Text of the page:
But outside the house? That’s a different matter altogether.
One fact people don’t always appreciate is mold is everywhere. It’s a product of nature, and found inside and outside. When you find it inside, the mold spores can become concentrated, and depending on the severity of allergic reactions, can even be dangerous. That’s why mold contamination in a structure must be remediated by a mold professional.
Mold that is outside your home is especially noticeable when it is on your home, such as the wood, vinyl or brick siding, or horizontal areas such as decking. When that happens, don’t panic… this mold is where it should be and isn’t much of a danger, unless you or those in your household are prone to allergen exposure associated with mold spores.
If you don’t have allergen issues, then a regular cleaning of the exterior of your home should be a simple task. You have several options you can utilize to accomplish this.
Clean and scrub
The oldest, tried-and-true method of cleaning the exterior of your home from soil, debris, and mold, involves a bucket, brush, sudsing detergent, ladders, and hoses. Using a pump-up sprayer to wet down the exterior means you can get better contact and soak time, and your scrubbing and “elbow grease” efforts are minimized.
Choose a small section at a time. If your cleaning solution dries out, you must re-apply solution and start over. Wash the section, rinse it thoroughly, and allow to dry and then inspect. It may take a couple of cleanings to get the results you want. Any moldy soils that you wash away, make sure you don’t get them on your clothing and bring them inside.
This is the most effective, time-saving method of cleaning the exterior of your home and removing mold growth.
You can purchase power washing equipment inexpensively, and you can spend hundreds of dollars as well. The inexpensive version will be electric, and the expensive version powered by gasoline. Either way works well; gas powered versions will be more powerful and faster to use.
As with any surface, apply your detergent and allow it to soak. Then power wash the exterior, washing off soil and mold away from you. Always be safe. Any contact you have with mold, be sure to wash off completely and don’t track it into your home.
Use a pro
Your favorite cleaning and restoration company knows how to tackle this type of chore best. Do the smart thing and save some time and even some money. And headaches as well. Call them up. After all, it pays to call a pro!
Sump Pump Misery. NextView Restoration of Denver, CO.
Your home may be nice and warm — and dry — but if you have a basement and a sump pump, anything can happen if there is a failure of your trusty remover of ground water.
Sump pumps work to keep basements dry in certain geographic locations, and we trust our own pump will continue as a reliable sentinel of protection. Yet, as is the case with any mechanical device, failure will eventually happen.
How long should your sump pump work? It depends on several factors, including how hard it works and the mineral content of the groundwater it is pumping out. Anything can happen. The experts say that a sump pump should last an average of 10 years, so do the math.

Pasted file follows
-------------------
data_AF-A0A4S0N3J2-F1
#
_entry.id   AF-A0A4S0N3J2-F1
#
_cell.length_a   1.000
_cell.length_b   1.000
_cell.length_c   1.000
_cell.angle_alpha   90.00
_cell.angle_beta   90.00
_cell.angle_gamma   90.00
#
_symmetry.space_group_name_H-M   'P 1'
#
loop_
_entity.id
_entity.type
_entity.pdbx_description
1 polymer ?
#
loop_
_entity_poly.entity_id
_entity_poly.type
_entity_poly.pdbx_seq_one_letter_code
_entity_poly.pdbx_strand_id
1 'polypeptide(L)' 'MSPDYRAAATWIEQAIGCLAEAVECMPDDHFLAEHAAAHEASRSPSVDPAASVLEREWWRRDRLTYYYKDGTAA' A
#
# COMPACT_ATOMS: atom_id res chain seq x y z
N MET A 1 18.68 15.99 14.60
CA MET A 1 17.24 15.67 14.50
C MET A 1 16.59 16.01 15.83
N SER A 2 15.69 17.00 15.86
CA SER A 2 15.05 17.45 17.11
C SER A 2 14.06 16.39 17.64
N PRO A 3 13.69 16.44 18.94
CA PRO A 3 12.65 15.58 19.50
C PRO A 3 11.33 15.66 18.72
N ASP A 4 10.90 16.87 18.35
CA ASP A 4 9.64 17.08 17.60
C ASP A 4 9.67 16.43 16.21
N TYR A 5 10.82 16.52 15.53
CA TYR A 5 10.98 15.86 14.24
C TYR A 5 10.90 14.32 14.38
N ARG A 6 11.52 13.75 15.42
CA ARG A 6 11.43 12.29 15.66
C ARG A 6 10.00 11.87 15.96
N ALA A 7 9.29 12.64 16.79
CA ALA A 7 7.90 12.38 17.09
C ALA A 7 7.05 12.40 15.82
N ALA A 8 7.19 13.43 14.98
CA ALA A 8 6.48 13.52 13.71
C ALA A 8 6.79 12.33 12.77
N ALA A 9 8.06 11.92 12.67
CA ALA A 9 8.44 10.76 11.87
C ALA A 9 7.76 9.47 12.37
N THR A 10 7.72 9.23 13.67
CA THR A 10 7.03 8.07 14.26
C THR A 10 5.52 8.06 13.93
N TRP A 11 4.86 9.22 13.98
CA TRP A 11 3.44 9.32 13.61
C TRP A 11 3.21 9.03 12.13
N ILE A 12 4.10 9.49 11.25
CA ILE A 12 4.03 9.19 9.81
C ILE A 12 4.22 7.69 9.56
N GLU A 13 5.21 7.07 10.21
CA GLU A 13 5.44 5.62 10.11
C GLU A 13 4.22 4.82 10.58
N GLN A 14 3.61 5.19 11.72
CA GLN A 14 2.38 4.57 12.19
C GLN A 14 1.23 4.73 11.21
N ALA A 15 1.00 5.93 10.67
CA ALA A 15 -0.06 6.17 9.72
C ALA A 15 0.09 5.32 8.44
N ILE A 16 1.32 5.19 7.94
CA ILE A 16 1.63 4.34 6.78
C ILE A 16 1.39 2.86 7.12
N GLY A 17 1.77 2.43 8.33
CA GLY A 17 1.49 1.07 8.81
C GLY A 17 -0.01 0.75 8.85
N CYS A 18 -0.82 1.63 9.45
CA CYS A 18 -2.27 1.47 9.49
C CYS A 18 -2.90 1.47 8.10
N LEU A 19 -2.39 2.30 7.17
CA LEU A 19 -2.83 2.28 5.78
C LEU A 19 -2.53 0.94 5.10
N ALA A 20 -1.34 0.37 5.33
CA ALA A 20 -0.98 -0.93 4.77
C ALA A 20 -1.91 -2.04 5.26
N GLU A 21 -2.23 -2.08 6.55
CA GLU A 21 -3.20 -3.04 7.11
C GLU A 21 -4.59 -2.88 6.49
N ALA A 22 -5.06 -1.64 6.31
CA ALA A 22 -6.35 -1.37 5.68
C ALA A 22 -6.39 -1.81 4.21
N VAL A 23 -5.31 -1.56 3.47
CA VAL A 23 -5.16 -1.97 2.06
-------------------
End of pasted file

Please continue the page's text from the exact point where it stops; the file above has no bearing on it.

How old is your sump pump? It might be a good idea to consult a plumber (or do it yourself) and replace it before it fails.
How they work
Sump pumps work on demand. When the ground is dry, they obviously don’t do anything. But when it begins to rain, or groundwater begins to rise naturally, the float switch rises and the pump starts up, removing water to the outside, usually to a storm drain. When the water level lowers, the float switch follows and turns off the pump.
Sometimes, the float switch can become stuck in the “up” position, which means the pump will run continuously. Most people can hear their pump and if you notice it is running continuously, go look and check the float. If the float is down, and the pump is running, it is time to consider replacement.
Over time you will get to know the normal sound of your pump and anything out of the ordinary will get your attention. Don’t ignore an abnormal sound. A flooded basement is no fun.
The cost of a sump pump can be as low as $50 to several hundred dollars, depending on the model you choose. Larger capacity pumps cost more, obviously.
Installing a sump pump can be straightforward, simple. When you purchase a new pump, such as at your favorite hardware store, ask for instructions. Some of them come with the pump, but the experts who sell you the pump also know what to do.
You can also call a plumber. That shouldn’t be too expensive as a professional will make quick work of the task. And you have the peace of mind that the pump is installed correctly and working as it is designed.
Of course, if your pump ever fails you and your basement floods, you need professional help to clean up the mess. Call your favorite water damage restoration company. After all, it pays to call a pro!
Power Cord Safety. NextView Restoration of Denver, CO.
We all need power. Especially of the electrical variety. Without it, nothing works. Your appliances that run on batteries might work for a little while, but without a charge, they die. Anything that is plugged into an outlet is worthless without that spark of energy we rely on virtually every minute of every day.
And… when your power goes out… you panic!
One aspect of power and electricity that is often ignored or forgotten is what carries it to various devices in your home. That’s right… the power cord plays an integral part of using electricity and should also be a concern when it comes to safety issues.
In addition to the installed power cord, extension cords are frequently used to increase the range or reach of electrical outlets. No matter which type of cord you are using and the length, consider these safety tips to protect your home and family.
Check for damage
Make sure your power cords don’t have any cracks or breaks and aren’t frayed in any way. Replace rather than repair.
A good fit
When you plug a cord into a wall outlet, it should be snug, not loose and falling out of the socket.
The third prong
It may be tempting, but some outlets, such as in older homes, may not have the third hole. It’s an important safety component of modern outlets, as it grounds the electrical current. Never remove the third prong from cords.
Match cords to usage
Choose cords that are of proper weight and length and can carry the electrical load appropriate for the device being powered. Ask your electrician for details, if needed.
Place them carefully
Make sure cords are placed where they won’t be a tripping hazard, and never put them under rugs or other furniture, especially heavy items, which can crimp and break the cords.
If the unthinkable occurs and you do experience a fire of any kind, and related smoke damage, do the right thing. Call your favorite disaster restoration company. It pays to call a pro!